The first state is one of philosophy untouched by Christian faith. All the philosophy produced before the time of Christ would fit into this category. Greeks, in particular, rose to great heights in the time of Plato and Aristotle, to mention but two pre-Christian philosophers. Many Christians have sought to write philosophical works that in no way depend upon the truth of Christian Revelation. Such reasoning at its best can establish many truths that are important for Christian faith; for example, the capacity of the human mind to attain abiding truth and to transcend shifting phenomena; and the possibility of demonstrating the existence and attributes of God, the spirituality and immortality of the human soul, and the obligation to do good and avoid evil.
The Catholic Church teaches that truths such as these can be proved by natural reason, without dependence on Christian faith. (The Church does not teach that these proofs have been constructed by nonbelievers, but only that it is possible for them to be so constructed.)
Philosophy of this type does not deliver a complete and self-contained system. It ends up with some pressing questions that, according to its champions, cannot be solved without revelation. Maurice Blondel, for example, ended his philosophical dissertation on Action with the open question as to whether or not there is a supernatural. Others would say (in the spirit of the early Karl Rahner, S.J.) that philosophy can raise the question of a possible revelation, but that it cannot say whether God will freely disclose himself, still less what that revelation will contain. Will God’s final word be one of condemnation or of pardon and absolution?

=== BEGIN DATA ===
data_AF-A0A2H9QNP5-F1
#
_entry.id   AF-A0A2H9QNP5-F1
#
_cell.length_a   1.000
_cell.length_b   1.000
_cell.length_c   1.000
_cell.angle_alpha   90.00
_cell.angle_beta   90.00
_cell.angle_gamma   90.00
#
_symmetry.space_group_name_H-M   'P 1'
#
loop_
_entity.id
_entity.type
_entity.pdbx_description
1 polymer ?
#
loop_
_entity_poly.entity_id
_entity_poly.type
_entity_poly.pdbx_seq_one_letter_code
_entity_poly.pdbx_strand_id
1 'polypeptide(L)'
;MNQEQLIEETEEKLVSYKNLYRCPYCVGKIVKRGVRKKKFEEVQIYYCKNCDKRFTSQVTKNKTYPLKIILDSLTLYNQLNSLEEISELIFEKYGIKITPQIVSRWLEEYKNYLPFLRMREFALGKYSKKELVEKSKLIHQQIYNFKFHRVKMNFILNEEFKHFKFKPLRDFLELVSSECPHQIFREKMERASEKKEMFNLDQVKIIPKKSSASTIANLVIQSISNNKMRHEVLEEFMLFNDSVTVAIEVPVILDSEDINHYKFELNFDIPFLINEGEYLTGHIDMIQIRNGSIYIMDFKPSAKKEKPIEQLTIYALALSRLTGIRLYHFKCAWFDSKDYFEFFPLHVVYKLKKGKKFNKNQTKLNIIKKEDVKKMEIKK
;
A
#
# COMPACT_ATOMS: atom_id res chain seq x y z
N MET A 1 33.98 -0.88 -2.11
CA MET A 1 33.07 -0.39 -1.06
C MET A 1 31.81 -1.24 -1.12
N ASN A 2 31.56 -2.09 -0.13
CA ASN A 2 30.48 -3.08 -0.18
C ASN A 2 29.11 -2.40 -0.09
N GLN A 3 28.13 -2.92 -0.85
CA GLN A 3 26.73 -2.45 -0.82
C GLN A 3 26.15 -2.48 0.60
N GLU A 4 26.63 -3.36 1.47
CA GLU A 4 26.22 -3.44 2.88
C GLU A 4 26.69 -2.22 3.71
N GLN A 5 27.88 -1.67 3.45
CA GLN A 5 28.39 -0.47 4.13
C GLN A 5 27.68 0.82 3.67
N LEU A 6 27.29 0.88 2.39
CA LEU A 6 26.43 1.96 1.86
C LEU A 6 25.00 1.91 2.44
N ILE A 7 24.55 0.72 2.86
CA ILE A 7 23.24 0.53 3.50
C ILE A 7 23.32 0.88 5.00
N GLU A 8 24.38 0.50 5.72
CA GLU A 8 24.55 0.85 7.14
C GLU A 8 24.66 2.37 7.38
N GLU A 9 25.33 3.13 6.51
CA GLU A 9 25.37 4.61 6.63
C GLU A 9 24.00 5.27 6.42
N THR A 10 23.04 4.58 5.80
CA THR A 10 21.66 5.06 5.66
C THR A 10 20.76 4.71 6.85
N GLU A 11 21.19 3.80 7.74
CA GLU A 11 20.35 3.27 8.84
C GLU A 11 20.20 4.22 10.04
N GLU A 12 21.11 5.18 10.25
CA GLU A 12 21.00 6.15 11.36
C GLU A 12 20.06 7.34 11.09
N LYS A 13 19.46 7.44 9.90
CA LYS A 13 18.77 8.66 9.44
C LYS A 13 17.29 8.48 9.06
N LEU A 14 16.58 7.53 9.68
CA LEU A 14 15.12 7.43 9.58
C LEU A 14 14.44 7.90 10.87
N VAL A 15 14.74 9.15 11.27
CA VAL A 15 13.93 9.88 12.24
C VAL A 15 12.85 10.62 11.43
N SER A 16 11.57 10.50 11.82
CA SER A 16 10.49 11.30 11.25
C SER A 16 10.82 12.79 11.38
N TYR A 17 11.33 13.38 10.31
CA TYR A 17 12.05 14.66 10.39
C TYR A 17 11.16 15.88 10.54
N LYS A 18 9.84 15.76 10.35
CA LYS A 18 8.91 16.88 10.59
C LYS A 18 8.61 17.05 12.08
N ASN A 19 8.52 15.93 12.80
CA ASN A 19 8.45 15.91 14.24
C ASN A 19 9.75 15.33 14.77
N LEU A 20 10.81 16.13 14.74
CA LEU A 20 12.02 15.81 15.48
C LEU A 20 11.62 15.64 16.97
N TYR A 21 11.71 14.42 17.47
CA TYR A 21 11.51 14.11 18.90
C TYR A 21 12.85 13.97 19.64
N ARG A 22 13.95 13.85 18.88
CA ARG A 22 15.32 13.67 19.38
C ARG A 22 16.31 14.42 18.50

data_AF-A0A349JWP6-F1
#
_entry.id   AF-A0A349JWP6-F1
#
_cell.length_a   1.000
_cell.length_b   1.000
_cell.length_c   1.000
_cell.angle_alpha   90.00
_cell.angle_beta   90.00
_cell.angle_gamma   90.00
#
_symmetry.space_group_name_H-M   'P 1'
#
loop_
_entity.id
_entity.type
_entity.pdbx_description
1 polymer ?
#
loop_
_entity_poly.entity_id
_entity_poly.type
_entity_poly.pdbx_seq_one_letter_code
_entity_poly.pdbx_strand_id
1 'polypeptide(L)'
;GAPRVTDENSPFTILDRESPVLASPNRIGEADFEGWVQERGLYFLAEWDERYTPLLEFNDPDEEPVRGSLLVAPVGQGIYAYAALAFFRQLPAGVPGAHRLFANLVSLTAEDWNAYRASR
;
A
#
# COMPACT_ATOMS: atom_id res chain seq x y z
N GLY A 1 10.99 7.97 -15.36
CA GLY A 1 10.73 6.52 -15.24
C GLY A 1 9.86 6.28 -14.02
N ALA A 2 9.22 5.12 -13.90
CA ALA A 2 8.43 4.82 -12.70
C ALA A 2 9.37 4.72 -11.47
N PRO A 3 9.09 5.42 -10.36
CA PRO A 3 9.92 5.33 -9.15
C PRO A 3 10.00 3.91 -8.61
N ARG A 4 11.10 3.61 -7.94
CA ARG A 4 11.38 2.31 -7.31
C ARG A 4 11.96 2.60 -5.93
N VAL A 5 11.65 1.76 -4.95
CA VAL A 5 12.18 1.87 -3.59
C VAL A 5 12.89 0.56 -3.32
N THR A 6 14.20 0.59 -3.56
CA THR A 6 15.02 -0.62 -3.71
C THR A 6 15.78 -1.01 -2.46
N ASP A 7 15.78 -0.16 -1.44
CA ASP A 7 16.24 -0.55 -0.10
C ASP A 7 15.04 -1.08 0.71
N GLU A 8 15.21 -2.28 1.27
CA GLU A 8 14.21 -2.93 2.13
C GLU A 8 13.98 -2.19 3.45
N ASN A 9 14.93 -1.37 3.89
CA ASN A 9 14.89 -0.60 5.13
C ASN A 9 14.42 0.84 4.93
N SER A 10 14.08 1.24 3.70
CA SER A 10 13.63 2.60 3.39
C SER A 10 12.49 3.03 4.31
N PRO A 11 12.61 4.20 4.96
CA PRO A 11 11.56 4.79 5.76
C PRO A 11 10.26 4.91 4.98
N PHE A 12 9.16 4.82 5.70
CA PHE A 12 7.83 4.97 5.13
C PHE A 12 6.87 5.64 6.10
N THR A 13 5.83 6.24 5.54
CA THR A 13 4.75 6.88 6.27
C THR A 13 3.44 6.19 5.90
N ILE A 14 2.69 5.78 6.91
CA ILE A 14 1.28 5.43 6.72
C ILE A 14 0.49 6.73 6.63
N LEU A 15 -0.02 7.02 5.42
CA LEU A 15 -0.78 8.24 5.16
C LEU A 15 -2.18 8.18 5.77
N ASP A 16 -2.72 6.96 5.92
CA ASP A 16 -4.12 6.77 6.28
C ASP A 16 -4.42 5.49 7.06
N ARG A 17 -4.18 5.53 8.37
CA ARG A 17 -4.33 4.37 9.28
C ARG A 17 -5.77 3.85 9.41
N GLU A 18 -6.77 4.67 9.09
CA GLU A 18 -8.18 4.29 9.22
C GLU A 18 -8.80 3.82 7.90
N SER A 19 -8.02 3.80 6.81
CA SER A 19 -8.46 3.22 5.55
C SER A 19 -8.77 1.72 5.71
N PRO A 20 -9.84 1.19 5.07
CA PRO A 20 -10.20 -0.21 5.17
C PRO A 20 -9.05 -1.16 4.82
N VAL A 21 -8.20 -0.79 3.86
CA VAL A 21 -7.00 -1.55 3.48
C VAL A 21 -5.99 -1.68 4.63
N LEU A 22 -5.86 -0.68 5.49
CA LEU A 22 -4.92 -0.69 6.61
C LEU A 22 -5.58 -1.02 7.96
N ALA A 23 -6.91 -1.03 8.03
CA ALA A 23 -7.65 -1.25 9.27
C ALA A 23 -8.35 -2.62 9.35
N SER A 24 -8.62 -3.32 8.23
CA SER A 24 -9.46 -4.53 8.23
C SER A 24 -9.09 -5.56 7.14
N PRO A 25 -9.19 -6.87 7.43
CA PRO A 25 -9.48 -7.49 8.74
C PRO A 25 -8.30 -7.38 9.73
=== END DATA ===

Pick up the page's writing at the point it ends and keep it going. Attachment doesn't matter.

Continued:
In a second state, philosophy is in dialogue with Christian faith. In a Christian civilization such as that of the West since the fourth century, it is almost impossible for philosophy not to be influenced by faith. It is forced to grapple with questions on which believers have taken a definite position, but it does not allow religious faith to dictate the answers to philosophical questions.